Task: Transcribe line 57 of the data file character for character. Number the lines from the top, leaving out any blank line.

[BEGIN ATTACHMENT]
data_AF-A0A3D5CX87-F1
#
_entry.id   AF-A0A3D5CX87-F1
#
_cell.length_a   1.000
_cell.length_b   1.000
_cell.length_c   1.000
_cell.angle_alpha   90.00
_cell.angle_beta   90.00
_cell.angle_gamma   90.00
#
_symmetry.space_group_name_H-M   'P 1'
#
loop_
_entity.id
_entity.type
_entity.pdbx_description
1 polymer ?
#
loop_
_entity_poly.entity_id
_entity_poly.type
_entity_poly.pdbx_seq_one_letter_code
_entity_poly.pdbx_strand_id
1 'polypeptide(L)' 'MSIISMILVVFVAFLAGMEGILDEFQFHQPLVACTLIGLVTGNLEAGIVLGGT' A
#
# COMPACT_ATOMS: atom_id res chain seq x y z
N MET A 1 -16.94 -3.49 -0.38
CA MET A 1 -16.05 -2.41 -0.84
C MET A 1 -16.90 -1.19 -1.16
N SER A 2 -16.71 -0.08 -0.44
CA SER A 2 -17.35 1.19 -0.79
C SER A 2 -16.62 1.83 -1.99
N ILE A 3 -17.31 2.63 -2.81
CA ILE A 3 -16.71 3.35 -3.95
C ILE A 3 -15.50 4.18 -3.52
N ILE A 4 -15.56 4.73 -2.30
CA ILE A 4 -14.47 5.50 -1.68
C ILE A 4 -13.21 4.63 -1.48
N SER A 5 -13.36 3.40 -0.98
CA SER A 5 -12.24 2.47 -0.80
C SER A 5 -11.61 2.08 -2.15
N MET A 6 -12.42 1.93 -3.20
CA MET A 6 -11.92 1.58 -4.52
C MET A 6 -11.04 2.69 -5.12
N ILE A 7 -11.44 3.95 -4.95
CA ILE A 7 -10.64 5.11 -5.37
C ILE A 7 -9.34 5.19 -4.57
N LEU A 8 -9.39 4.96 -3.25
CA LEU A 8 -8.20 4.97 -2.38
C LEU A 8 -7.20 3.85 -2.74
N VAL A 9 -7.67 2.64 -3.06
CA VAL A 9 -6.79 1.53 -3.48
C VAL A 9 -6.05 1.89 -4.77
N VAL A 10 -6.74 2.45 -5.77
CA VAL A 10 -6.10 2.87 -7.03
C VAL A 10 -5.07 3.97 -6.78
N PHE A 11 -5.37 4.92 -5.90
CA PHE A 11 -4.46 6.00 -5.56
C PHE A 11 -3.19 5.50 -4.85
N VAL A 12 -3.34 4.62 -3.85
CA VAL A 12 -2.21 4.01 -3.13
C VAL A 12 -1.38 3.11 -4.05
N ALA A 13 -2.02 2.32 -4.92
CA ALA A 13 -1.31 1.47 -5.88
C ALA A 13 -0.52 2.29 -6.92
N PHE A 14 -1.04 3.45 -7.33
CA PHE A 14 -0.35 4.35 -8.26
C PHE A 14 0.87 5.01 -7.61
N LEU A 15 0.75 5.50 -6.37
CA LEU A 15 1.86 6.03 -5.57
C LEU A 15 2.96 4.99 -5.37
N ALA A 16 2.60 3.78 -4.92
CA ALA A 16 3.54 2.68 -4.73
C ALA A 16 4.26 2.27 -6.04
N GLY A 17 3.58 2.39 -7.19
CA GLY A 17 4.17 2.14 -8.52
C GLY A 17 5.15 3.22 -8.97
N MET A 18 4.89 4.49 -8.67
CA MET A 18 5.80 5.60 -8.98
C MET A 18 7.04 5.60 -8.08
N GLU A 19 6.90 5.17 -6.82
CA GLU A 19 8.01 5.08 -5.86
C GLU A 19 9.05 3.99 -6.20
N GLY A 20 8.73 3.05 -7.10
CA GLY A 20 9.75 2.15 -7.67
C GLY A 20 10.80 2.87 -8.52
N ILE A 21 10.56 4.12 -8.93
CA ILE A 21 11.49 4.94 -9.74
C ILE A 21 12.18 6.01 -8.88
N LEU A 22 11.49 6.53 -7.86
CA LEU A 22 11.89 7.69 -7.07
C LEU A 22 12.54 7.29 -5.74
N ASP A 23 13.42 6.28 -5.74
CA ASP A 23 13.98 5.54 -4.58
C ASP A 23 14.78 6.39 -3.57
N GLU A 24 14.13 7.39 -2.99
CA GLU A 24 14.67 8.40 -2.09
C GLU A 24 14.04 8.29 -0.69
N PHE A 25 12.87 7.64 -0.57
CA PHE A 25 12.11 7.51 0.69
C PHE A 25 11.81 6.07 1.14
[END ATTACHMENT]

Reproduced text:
C VAL A 10 -5.07 3.97 -6.78